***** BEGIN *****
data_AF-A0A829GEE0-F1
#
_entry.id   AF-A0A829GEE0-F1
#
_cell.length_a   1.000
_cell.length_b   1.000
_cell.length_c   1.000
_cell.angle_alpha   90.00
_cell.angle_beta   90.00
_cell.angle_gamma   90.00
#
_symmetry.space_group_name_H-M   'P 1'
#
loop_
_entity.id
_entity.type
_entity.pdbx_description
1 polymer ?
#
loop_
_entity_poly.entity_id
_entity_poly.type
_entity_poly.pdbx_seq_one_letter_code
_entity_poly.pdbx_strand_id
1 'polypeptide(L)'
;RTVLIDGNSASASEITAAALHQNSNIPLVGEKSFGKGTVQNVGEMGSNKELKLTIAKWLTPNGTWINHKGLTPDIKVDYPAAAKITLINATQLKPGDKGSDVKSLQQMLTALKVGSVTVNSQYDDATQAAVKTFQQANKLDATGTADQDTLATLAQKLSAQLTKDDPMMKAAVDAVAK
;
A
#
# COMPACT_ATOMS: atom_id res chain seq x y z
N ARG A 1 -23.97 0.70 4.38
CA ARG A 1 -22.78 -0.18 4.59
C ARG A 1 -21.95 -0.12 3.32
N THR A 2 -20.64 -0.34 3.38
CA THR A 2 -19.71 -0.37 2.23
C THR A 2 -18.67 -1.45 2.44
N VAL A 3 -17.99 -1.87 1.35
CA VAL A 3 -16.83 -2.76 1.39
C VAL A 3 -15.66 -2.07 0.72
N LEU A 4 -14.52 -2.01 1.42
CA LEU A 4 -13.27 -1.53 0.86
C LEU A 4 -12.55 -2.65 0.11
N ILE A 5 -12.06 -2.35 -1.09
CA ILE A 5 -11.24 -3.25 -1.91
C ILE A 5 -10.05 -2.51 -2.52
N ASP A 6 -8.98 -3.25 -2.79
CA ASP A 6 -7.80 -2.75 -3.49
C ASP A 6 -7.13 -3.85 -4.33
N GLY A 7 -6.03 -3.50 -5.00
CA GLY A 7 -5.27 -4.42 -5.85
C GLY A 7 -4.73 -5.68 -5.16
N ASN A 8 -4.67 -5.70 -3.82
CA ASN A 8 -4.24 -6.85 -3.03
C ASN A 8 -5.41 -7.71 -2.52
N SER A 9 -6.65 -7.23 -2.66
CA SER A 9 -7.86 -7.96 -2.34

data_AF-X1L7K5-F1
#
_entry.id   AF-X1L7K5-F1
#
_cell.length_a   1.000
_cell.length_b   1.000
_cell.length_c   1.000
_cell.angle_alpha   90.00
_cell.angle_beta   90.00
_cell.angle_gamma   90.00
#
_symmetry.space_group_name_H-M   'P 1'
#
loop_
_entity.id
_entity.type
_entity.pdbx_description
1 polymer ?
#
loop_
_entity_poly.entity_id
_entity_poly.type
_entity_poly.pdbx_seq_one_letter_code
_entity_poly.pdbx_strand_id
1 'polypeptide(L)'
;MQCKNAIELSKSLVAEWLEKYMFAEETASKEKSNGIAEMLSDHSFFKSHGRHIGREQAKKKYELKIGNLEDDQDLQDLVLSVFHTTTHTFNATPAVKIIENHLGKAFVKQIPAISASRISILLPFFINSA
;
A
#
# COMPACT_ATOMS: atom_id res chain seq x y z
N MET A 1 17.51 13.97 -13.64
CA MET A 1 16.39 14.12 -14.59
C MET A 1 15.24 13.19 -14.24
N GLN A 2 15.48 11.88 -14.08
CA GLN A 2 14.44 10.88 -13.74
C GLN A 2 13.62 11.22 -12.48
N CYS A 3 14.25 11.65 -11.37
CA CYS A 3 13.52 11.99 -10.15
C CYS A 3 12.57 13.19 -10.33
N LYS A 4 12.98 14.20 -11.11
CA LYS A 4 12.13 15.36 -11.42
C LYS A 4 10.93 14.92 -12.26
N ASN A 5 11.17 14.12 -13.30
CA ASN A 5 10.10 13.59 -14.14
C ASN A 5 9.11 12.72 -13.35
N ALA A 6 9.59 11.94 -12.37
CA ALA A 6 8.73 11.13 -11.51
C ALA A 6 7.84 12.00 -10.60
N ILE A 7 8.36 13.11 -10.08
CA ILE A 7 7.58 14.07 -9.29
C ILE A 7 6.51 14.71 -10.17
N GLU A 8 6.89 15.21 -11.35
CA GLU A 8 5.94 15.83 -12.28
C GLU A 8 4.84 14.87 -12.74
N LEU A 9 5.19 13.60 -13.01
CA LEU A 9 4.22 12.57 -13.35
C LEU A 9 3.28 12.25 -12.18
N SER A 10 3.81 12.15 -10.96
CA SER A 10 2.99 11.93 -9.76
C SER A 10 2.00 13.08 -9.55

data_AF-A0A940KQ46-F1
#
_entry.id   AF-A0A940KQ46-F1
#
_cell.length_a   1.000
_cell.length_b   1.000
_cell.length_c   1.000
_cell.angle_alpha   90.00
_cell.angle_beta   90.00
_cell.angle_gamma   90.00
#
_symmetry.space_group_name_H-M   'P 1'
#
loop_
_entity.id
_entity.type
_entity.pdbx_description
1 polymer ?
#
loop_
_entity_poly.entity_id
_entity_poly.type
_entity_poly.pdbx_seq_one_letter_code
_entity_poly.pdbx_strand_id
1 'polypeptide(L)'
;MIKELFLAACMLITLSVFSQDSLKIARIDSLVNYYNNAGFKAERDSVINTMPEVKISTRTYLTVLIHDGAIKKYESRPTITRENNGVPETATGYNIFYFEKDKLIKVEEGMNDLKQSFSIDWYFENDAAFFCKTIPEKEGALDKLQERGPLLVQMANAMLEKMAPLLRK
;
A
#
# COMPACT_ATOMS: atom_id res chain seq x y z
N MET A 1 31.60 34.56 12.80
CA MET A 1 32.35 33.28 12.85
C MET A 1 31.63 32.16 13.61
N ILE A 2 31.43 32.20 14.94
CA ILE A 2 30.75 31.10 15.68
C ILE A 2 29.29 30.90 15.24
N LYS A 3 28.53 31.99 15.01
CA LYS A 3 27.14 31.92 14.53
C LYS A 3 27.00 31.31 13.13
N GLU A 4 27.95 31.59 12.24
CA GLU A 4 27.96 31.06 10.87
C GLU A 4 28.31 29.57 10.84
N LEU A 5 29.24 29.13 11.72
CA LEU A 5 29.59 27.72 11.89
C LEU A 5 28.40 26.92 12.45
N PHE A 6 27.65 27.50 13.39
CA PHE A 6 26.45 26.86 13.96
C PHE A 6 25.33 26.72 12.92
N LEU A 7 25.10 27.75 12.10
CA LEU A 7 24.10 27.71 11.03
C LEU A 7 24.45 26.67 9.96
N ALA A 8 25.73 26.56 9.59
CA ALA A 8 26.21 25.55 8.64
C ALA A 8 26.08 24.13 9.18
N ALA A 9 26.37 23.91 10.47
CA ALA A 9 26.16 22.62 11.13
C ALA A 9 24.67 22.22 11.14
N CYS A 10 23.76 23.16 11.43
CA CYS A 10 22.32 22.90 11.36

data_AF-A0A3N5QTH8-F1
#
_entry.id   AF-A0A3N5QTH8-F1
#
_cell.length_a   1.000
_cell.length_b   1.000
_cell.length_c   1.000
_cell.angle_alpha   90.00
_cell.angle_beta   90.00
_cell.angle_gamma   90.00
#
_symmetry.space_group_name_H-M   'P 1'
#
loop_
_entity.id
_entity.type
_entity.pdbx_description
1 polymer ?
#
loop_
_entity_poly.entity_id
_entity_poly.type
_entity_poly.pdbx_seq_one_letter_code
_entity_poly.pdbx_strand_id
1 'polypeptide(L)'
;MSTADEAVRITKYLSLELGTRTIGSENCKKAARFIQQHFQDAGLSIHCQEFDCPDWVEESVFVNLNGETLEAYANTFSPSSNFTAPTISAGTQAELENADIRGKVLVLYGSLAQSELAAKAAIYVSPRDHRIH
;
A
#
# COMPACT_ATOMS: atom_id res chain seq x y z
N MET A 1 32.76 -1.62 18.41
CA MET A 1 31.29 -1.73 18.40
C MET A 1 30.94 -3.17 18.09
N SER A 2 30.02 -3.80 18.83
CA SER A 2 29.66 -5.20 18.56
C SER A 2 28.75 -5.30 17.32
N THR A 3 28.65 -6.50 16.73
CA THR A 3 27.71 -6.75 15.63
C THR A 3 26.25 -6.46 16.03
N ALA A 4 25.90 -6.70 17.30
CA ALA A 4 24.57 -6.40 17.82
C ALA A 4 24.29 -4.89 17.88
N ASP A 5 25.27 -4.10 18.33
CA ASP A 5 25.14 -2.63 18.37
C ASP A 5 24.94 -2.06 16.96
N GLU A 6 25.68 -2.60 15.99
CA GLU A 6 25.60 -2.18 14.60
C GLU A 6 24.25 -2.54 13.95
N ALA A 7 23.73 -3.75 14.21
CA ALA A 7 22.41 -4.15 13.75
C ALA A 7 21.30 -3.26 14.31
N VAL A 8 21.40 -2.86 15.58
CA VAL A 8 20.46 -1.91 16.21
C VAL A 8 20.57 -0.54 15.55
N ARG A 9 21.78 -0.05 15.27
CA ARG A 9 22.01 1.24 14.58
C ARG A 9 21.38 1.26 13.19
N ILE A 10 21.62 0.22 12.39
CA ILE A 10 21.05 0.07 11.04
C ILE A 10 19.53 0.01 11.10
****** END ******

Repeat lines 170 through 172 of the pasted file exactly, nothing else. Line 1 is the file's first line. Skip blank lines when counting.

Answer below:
C ALA A 8 26.08 24.13 9.18
N ALA A 9 26.37 23.91 10.47
CA ALA A 9 26.16 22.62 11.13